World War II Freedom Fighter who resisted Nazi German Occupation from behind the Gothic Line.
Umberto Palmetti, 92, has spent most of his life as a farmer. Palmetti lives in a one-bedroom home surrounded by books, pictures, and model tractors that he has meticulously constructed and bolted to his kitchen table.
He is one of the last remaining Partigiani, anti-fascist Italian Partisans who opposed Italian dictator Benito Mussolini and the German occupiers during World War II.
“I know about it because I lived it,” Palmetti said. “I was a Partisan.”
He grew up in the town of San Giovanni in Marignano, Italy, about 10 kilometers from where he lives now in Gabbice Monte.
During the war, Italian civilians were forced to construct defenses as part of the Gothic Line to fend off the allied advance from the south.
“Many people sent to work were killed, and if you didn’t you would have been shot,” he said.
It would be silly to say ‘no I wasn’t scared.’
After escaping on foot from the Gothic Line construction in 1943, Palmetti recalls being put on a list of people to be shot by the Germans because he was a member of Italian Partisans.
“I have a document that [indicates] I was meant to be shot,” said Palmetti, as he holds out a piece of paper, enclosed in plastic, with the words: La Pena di Morte, or death penalty.
“It would be silly to say ‘no I wasn’t scared.’”
The Gothic Line was not an actual wall, but a series of strategic defensive points that took advantage of natural high points in the hilly terrain. It followed the Foglia river around its natural bends, and the Nazis destroyed many of the bridges across this river to prevent the advance of allied troops.
Palmetto said he was one of the Partisans who didn’t carry a gun.
“There can be heroic actions without arms.”
Partigiani played a crucial role in the dismantling of this last line of defense. The transfer of information — such as the locations of Nazi gun and explosive storages — was more important than trying to kill the German occupiers. Partisans primarily used guerilla tactics to disrupt the German war effort.
“My group did arrange the blast in Montecchio, Italy, on January 1, 1944, which detonated a Nazi explosive storage and destroyed the entire town,” he said. “Thirty kilometers away the windows of my house broke.”
The Germans used the castle in Tavoleto, a town located behind the Gothic Line, as a last defense location. Having almost a year to fortify the town, the Germans built pillbox bunkers, rectangular concrete boxes about 20 feet long, in the rolling hills. They also laid mines in many of the farm fields across the region.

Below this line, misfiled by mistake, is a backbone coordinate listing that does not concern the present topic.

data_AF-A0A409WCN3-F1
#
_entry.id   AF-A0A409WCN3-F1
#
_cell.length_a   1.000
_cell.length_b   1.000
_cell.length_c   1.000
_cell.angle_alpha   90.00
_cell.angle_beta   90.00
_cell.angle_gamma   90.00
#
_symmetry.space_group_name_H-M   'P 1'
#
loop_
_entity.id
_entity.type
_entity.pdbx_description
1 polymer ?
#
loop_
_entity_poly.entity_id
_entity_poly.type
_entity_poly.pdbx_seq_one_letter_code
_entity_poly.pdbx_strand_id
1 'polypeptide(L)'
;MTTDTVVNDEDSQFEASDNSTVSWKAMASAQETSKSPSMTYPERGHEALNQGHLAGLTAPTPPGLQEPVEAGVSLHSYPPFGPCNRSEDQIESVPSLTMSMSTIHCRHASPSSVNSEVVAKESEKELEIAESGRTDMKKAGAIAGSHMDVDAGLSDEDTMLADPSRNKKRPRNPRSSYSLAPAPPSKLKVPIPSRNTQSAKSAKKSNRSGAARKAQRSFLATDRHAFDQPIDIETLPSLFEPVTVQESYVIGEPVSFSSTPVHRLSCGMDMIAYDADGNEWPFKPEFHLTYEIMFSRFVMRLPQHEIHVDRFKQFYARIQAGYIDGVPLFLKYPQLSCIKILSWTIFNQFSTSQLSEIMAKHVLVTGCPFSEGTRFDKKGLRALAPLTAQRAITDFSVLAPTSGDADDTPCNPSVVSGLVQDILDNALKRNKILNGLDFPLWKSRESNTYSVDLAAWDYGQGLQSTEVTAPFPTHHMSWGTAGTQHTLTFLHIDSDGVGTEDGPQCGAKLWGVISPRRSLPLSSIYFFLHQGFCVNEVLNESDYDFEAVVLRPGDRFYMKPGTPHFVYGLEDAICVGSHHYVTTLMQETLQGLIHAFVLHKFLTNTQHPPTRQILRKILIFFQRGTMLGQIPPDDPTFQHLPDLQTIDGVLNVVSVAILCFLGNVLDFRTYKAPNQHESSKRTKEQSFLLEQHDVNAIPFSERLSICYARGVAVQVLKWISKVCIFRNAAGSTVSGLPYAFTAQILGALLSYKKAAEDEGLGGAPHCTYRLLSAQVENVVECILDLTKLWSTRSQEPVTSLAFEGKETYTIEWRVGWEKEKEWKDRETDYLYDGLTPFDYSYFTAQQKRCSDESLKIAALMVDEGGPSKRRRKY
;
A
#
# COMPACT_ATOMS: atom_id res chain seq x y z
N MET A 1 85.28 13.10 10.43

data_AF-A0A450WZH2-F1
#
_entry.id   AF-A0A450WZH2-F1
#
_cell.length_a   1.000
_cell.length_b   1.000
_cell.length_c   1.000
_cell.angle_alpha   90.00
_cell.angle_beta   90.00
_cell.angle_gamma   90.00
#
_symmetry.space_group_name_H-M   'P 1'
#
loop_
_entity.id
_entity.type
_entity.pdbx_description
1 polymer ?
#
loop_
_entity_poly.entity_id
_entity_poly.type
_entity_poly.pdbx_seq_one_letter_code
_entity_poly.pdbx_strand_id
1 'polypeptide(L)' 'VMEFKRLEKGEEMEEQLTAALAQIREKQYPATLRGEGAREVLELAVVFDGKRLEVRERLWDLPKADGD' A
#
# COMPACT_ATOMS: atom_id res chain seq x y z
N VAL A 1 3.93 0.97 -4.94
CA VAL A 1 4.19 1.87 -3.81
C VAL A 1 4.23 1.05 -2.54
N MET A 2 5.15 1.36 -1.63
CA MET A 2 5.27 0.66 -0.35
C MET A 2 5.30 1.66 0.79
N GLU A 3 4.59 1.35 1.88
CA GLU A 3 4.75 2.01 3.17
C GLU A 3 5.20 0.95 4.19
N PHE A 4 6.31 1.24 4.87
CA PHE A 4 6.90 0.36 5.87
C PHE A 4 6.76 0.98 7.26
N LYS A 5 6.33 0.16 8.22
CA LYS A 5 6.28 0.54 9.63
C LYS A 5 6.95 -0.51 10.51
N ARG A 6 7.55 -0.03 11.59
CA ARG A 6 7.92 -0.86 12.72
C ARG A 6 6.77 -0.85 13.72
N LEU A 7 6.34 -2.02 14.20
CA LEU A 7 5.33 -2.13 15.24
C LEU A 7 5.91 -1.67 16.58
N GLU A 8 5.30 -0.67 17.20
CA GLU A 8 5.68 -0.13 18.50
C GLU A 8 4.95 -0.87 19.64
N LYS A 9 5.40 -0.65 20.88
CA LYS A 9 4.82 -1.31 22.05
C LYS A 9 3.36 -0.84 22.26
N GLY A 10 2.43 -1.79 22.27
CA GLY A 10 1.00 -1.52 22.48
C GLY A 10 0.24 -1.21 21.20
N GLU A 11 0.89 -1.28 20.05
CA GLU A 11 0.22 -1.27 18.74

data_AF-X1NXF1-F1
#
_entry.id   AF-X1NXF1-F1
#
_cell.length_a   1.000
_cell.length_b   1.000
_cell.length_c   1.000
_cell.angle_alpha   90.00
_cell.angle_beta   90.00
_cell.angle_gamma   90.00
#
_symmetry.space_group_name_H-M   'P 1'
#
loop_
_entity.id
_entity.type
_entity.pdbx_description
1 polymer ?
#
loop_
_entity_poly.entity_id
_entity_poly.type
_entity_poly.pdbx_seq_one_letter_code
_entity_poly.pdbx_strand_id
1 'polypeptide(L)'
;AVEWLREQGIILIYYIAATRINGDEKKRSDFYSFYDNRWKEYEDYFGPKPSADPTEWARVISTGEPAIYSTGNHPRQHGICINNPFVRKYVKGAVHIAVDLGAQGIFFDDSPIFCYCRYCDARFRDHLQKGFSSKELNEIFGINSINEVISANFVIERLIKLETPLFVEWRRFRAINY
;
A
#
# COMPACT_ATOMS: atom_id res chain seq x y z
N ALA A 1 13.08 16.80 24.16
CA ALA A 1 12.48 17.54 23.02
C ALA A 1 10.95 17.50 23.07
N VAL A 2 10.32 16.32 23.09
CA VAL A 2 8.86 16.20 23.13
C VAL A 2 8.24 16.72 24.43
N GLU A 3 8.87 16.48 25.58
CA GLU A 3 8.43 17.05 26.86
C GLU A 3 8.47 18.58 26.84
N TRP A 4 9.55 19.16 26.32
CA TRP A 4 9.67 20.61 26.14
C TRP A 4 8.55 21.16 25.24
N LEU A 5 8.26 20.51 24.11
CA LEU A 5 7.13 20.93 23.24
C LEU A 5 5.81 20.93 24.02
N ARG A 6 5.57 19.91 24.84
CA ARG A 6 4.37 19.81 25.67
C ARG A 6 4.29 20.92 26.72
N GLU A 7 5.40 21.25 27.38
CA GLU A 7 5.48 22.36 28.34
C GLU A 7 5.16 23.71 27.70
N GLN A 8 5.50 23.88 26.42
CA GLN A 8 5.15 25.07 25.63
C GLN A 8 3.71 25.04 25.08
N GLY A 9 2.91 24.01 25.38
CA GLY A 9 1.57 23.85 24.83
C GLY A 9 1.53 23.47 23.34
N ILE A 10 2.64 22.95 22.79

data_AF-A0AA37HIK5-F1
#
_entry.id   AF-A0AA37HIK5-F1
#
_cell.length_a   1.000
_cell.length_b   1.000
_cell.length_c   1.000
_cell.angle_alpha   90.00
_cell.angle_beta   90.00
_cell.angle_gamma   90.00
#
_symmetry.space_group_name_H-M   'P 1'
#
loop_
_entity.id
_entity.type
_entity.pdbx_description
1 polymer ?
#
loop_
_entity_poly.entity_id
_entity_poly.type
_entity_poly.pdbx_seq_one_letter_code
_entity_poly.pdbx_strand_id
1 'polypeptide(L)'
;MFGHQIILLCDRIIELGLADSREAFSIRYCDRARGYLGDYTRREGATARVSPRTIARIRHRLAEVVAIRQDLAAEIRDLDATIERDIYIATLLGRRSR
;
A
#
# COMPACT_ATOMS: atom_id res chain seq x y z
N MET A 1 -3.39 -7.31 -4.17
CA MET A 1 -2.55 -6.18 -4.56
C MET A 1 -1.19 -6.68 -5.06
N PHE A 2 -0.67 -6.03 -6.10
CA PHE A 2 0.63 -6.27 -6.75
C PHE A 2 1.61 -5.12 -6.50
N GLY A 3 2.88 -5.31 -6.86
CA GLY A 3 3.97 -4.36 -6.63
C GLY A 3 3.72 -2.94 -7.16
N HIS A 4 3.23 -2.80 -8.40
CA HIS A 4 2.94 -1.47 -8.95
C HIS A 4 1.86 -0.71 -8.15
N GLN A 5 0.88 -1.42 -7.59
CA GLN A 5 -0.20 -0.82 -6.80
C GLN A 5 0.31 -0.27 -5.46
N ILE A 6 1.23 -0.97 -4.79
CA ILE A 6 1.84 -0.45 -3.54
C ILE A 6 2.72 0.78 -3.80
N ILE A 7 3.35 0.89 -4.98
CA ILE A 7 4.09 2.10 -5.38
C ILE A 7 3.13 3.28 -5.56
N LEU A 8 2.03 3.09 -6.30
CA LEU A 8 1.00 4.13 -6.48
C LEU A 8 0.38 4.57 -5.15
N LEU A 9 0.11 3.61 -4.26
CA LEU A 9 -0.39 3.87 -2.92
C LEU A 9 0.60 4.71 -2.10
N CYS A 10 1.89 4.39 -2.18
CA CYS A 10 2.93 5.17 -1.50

Signorotti Luigi, a resident of Tavoleto and a local historian, was nine during the Battle of Tavoleto.
“Two German soldiers were found two days after the battle hiding in a mattress made of chicken feathers,” said Luigi. “The civilians returned them to the English.”
The Allies suffered 40,000 casualties during the Gothic Line offensive. Many of these were British soldiers and British Indian units known as the Gurkha.
“Partisans made an alliance with the Italians who were forced to build this, so the partisans built it as slowly as possible,” said historian Mauro Annoni, president of the Institute of Contemporary History for the Province of Pesaro and Urbino.
Partisan action was resented by the Germans, and it resulted in more casualties for the Italians than for the Germans.
In April 1944, the Germans discovered that some Italians were siding with the Partisans and went to Fragheto, a town in the mountains of Italy along the Gothic Line. Here they massacred 30 of the 62 people living in the town.
“The town resented the Partisans after they had only killed one or two of the Nazi’s and the Germans killed half the town,” said Annoni.
Palmetti escaped on foot from the Gothic Line defenses where he was forced to work. According to Palmetti, it was difficult for the Germans to distinguish him from the other 17,000 workers.
“I knew that people were looking for me. I went home to change, and they were waiting for me, so I used the backdoor and managed to hide another day.”
For Palmetti, joining the Partisans was a political choice.
“We were people like everybody else, going with one side or the other. People my age didn’t have much of a choice. Either enroll in the fascist republic or hide.”
To share his memories of those days, Palmetti has written more than 1,100 poems about the war. Some of his work is published in his book “La II Guerra Mondiale: Pesaro-Rimini.”
The first stanza of “Fighters on the Gothic Line” by Umberto Palmetti reads:
We were together
In the scream of war
Overwhelmed by hate
Of meaningless talents
“I never fell into pessimism with this poem. It’s about war, but it’s also about nature, that we will come back after the war,” he said. “I always put in a bit of positivity otherwise I don’t like it.”